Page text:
I want to acknowledge the efforts the Congress has made in appropriating $20 million for the establishment of the Delta Regional Authority, a Federal-State partnership focused on promoting economic growth in the Mississippi Delta region.
Finally, I am pleased that the final bill provides $17.8 billion for the Department of Energy (DOE). This funding supports environmental restoration projects at DOE sites throughout the country and cutting-edge scientific research such as the Spallation Neutron Source. It also includes essential funds for maintaining the safety and reliability of our nuclear weapons stockpile. Although the bill does not include my full request for the Climate Change Technology Initiative, it does provide almost $70 million more than the FY 2000 enacted level. Included in this Initiative is $375 million for solar and renewable energy, more than a 20 percent increase over the FY 2000 level for this program. The bill also provides $203 million in additional funding to address the damage caused by the Cerro Grande fire. I am concerned, however, that the bill contains limits on the term of office for the first person appointed to the position of Under Secretary for Nuclear Security at the Department of Energy and would restrict the President's ability to remove that official to cases of "inefficiency, neglect of duty, or malfeasance of office." Particularly in light of the Under Secretary's significant executive authority and responsibility in nuclear security, I understand the phrase "neglect of duty" to include, among other things, a failure to comply with the lawful directives or policies of the President.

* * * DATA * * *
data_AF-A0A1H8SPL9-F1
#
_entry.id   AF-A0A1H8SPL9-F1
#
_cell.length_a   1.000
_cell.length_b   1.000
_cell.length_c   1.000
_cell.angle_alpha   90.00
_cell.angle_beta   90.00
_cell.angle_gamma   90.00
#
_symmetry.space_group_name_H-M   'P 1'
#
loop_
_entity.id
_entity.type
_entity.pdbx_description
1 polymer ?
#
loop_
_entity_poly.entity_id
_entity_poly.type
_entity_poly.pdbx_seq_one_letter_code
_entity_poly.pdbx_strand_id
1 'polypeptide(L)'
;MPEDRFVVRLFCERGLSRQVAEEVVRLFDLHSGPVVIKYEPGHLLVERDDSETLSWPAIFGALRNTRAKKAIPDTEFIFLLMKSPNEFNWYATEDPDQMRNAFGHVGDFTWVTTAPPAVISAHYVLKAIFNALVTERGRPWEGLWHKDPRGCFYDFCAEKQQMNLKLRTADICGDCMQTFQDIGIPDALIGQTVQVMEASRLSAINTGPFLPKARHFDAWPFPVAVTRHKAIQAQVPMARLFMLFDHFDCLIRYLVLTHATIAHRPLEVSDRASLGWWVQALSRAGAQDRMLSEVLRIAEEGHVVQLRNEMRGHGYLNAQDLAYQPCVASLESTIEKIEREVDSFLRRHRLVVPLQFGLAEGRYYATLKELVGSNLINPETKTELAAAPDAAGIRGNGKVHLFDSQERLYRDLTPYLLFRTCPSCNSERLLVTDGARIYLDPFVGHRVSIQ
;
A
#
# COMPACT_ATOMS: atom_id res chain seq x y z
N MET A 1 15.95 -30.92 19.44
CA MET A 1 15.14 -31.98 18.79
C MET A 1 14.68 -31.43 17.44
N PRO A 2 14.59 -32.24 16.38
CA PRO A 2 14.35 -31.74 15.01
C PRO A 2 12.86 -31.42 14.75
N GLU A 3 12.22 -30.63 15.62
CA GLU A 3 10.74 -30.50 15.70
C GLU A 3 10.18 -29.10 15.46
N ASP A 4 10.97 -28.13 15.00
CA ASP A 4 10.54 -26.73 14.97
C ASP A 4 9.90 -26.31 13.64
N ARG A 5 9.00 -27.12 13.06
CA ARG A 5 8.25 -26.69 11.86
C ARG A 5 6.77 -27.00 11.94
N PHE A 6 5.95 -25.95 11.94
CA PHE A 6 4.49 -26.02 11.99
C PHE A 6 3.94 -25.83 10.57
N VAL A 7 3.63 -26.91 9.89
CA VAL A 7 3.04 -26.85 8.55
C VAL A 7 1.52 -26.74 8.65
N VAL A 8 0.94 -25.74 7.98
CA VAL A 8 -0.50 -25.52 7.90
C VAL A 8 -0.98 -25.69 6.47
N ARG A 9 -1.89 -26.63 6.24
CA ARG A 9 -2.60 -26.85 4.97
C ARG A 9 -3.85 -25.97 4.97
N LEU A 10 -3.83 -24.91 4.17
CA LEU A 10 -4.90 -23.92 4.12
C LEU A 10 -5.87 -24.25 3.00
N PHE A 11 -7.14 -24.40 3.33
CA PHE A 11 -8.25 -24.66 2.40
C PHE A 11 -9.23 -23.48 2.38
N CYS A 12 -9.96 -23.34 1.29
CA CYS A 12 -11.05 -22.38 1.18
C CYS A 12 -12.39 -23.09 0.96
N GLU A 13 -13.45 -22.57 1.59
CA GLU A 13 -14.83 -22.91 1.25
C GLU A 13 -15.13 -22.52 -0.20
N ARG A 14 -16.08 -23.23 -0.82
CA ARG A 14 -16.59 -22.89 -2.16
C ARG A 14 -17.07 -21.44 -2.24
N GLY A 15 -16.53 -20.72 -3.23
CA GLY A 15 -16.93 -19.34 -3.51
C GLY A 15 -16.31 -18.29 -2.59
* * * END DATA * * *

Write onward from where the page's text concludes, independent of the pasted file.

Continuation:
I am proud that my Administration and the Congress were able to work together successfully on two bills to resolve our respective differences and produce an Act that effectively addresses critical needs of the American people.
WILLIAM J. CLINTON
The White House,
October 27, 2000.
NOTE: H.R. 4635, approved October 27, was assigned Public Law No. 106-377. This statement was released by the Office of the Press Secretary on October 28. An original was not available for verification of the content of this statement.
William J. Clinton, Statement on Signing Fiscal Year 2001 Appropriations Legislation Online by Gerhard Peters and John T. Woolley, The American Presidency Project https://www.presidency.ucsb.edu/node/228731